When the subject of interest rates and inflation creeps up - as it has with today's higher-than-expected consumer price index numbers - Bill Gross can't be too far behind. Gross, chief investment officer of Newport Beach-based Pacific Investment Management Co. (Pimco to most everybody in the financial world), figures that the Federal Reserve might find it hard to keep cutting interest rates in the face of inflation, a weak dollar and the fact that the recent cuts haven't done much to revive the economy. Gross appeared on Bloomberg Radio - he's often called the most prominent bond investor and Pimco is such a mammoth investment company - $747 billion in bond assets - that it's sometimes accused of throwing its weight around. "It's a double-edged sword, having huge size in the markets, Don Phillips, a managing director at Chicago-based research firm Morningstar Inc., tells Bloomberg's Seth Lubove and Elizabeth Stanton. "The negatives would tend to outweigh the positives - unless you're very smart about using the positives to your advantage and to your clients' advantage. This is more than theoretical grousing - NY lawyer Christopher Lovell claims that Pimco intentionally manipulated the Treasury futures market in mid-2005 in violation of the Commodity Exchange Act of 1936. Lovell's firm represents a hedge fund and two individuals who sold the contracts short and claim they had to pay higher prices to replace them (Lovell is seeking damages that Pimco estimates would exceed $600 million).
"There wasn't any squeeze, Gross says. "When you're this size, and this big, you're a target of class-action legal maneuvering." Gross adds: "Like an elephant, you have to watch where you step, knowing there are people out there who are willing to make accusations. The bond fund giant has so far failed to halt Lovell's suit, whose primary plaintiff is now part of Chicago options-trading firm Peak6 Investments LP. On July 31, 2007, U.S. District Judge Ronald Guzman approved the litigation as a class action. "Here, considering the totality of the circumstances, it can be reasonably inferred from the facts alleged that Pimco Funds intended to cause artificial prices or otherwise manipulate the futures market, the judge wrote. Pimco appealed to the Seventh Circuit. On Feb. 6, 2008, Pimco requested a 60-day stay to try to settle out of court. Lovell agreed to talk. "The case is not anywhere close to over,'' says Christopher McGrath, a Lovell associate.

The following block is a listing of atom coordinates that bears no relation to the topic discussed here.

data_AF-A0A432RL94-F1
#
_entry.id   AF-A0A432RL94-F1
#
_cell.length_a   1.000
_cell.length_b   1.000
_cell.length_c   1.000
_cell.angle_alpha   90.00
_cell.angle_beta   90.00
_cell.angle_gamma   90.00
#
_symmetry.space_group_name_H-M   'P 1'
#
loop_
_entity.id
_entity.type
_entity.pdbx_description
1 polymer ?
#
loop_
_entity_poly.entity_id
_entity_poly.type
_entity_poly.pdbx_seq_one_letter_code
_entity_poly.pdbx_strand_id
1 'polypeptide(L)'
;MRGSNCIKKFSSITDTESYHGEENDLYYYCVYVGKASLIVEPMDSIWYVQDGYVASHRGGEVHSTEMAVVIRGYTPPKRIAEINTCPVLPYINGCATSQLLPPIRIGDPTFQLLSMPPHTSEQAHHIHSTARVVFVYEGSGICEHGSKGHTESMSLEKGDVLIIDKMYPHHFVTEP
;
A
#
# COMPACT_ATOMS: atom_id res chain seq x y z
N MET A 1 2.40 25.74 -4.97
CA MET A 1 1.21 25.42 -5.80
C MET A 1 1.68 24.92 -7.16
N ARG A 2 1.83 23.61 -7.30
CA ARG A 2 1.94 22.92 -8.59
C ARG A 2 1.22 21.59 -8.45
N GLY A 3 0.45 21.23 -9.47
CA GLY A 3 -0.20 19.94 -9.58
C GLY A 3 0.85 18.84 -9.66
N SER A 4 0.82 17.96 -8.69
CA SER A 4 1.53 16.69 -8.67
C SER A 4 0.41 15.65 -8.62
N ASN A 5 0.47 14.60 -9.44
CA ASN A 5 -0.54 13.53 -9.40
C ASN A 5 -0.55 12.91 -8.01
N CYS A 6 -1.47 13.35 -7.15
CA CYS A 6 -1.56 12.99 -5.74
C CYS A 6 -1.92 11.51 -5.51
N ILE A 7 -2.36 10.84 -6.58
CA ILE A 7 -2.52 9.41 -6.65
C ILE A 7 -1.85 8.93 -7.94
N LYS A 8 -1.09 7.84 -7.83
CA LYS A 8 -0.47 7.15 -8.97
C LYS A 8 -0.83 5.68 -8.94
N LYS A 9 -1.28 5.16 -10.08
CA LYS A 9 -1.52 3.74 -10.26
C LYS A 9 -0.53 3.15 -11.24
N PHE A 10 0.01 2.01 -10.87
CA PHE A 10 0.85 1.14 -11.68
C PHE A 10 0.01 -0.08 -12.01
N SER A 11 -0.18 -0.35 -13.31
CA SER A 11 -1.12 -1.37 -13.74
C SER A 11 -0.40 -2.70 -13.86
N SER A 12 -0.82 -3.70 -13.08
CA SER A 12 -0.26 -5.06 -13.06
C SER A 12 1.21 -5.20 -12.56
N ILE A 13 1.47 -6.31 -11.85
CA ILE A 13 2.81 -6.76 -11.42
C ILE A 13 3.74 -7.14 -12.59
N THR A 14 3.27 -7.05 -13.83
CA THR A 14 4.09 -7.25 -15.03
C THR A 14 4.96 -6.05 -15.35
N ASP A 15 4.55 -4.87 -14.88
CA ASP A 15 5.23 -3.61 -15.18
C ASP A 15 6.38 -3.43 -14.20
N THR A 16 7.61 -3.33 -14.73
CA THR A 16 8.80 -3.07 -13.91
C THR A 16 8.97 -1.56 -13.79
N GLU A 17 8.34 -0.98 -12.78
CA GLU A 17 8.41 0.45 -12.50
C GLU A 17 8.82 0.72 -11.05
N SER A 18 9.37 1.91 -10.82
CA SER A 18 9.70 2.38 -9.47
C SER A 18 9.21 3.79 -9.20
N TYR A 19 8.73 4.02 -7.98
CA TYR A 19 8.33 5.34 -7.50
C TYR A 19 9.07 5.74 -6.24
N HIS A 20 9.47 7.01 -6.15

In general, whatever their intent, big fixed-income funds that hold unusually large positions in bond issues may find that their own size becomes a liability, says Michael Rosen, co-founder and chief investment officer of Santa Monica, California-based Angeles Investment Advisors LLC, a pension consultant to institutional investors. When it's time to sell, the pool of potential buyers is limited. "It makes it hard if you want to find an active buyer and get out,'' Rosen says. The biggest market participants also attract an unwelcome spotlight, Morningstar's Phillips says. "Everybody is watching your every move,'' he says. "Just whispers that Bill Gross is doing something in the market can cause people to dramatically alter their own investment strategies."